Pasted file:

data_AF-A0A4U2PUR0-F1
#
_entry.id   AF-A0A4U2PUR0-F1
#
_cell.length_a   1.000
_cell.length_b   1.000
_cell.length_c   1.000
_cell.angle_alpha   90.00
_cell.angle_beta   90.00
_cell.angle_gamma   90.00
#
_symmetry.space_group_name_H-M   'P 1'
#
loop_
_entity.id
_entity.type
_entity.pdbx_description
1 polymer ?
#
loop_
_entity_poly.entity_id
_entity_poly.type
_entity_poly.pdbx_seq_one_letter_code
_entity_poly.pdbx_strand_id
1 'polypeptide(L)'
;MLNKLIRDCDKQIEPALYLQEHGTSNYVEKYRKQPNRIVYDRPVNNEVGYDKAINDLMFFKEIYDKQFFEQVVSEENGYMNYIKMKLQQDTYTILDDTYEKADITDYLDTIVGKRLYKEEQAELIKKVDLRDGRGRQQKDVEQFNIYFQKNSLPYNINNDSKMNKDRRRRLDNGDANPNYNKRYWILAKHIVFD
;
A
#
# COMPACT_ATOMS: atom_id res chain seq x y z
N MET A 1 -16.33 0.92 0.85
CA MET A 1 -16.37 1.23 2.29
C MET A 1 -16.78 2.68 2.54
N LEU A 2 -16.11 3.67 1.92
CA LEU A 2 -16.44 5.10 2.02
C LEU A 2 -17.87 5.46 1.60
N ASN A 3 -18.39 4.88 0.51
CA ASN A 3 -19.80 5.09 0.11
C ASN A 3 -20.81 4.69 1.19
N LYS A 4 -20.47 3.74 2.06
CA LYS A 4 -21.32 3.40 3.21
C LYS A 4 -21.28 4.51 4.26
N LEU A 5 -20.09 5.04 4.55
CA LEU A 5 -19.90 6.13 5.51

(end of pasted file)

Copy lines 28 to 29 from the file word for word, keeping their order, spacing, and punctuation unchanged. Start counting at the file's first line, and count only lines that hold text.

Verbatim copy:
A
#